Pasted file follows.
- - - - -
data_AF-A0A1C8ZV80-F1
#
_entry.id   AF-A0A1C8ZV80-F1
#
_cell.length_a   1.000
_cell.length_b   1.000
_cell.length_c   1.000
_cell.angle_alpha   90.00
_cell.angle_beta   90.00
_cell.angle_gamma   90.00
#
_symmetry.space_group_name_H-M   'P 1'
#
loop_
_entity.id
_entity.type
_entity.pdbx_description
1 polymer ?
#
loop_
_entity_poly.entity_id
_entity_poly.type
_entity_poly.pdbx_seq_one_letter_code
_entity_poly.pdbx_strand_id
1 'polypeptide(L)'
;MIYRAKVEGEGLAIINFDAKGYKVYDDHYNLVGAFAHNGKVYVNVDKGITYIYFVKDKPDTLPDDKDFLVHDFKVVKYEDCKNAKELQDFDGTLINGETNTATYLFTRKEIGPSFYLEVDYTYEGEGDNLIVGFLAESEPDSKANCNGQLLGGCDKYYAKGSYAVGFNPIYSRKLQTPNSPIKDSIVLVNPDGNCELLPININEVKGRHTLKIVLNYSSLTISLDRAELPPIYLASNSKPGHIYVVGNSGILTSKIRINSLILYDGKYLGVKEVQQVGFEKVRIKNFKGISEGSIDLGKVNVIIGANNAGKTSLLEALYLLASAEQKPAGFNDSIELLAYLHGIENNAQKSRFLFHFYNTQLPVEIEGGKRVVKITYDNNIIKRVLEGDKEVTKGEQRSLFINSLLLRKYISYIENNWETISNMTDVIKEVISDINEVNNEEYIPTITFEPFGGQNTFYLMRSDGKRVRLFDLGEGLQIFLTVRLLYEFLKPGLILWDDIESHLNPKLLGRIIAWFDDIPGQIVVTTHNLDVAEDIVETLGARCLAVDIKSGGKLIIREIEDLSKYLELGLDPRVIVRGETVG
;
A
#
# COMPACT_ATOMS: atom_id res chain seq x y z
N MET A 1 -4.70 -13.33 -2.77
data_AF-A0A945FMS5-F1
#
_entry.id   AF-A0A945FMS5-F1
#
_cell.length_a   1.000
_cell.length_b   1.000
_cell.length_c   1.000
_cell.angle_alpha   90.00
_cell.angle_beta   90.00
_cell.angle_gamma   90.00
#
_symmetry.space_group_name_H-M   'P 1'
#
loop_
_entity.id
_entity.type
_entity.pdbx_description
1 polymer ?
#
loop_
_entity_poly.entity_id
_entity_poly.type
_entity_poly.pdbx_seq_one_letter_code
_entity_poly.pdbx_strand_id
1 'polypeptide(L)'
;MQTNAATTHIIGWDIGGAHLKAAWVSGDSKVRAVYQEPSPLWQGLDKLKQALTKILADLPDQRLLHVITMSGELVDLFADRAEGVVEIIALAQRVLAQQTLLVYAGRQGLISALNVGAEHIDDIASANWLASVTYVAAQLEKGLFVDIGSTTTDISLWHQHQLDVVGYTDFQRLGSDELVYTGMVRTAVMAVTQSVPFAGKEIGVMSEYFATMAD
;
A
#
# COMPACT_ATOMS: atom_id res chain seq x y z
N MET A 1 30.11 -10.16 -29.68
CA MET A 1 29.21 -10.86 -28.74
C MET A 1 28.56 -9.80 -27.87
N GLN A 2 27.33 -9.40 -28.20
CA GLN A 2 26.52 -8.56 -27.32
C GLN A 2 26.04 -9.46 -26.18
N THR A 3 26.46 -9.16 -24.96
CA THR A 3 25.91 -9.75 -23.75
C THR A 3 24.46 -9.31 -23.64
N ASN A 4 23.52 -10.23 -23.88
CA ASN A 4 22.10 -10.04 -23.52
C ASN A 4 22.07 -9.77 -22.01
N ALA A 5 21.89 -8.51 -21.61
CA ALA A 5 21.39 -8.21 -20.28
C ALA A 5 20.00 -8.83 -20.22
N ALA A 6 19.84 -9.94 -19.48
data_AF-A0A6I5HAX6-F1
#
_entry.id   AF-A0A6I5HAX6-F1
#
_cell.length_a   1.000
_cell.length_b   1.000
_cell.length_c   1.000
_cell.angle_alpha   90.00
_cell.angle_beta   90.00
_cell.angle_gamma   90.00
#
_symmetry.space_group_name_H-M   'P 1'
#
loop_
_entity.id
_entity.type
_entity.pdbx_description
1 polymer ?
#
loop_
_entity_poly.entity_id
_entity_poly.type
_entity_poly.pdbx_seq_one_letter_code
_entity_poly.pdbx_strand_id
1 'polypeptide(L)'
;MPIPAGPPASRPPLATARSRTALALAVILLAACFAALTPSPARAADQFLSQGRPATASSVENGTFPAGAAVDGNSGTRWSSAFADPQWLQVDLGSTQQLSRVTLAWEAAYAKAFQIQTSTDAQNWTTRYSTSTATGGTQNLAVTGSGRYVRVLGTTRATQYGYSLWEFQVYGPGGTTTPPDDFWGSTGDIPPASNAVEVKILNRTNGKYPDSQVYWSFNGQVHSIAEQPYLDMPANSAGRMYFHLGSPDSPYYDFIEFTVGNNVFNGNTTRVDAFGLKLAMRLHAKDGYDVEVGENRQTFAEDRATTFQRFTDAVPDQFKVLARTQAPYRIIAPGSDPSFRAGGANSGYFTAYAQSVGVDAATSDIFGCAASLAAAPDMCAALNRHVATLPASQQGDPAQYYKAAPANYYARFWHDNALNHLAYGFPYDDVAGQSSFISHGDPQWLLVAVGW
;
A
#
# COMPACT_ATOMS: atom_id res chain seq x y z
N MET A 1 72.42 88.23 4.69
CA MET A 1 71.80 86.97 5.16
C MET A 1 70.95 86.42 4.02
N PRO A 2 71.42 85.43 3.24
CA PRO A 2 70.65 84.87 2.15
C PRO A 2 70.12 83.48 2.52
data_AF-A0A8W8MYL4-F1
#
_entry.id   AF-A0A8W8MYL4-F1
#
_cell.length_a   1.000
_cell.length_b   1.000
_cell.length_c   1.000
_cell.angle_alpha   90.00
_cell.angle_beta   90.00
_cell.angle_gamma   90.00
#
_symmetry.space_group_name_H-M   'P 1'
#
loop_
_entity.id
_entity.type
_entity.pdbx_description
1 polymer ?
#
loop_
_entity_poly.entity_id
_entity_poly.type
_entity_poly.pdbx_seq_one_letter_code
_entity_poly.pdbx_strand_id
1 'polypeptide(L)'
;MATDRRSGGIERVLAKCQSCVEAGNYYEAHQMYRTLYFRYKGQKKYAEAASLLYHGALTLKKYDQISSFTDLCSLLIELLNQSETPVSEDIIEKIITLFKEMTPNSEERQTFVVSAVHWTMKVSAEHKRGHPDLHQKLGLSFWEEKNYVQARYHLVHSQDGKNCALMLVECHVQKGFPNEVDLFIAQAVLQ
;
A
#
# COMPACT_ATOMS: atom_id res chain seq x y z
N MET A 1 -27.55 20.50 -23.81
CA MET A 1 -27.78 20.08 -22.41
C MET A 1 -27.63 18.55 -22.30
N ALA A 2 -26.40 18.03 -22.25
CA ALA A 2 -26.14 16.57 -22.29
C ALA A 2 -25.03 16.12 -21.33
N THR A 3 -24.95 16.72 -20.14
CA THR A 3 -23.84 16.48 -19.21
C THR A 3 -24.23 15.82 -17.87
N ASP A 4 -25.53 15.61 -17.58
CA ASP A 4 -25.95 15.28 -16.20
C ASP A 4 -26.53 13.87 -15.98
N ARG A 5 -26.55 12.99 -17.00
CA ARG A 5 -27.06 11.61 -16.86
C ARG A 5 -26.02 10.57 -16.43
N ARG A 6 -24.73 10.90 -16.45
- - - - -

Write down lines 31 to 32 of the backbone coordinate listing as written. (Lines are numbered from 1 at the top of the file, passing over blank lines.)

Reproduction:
N MET A 1 -4.70 -13.33 -2.77
data_AF-A0A945FMS5-F1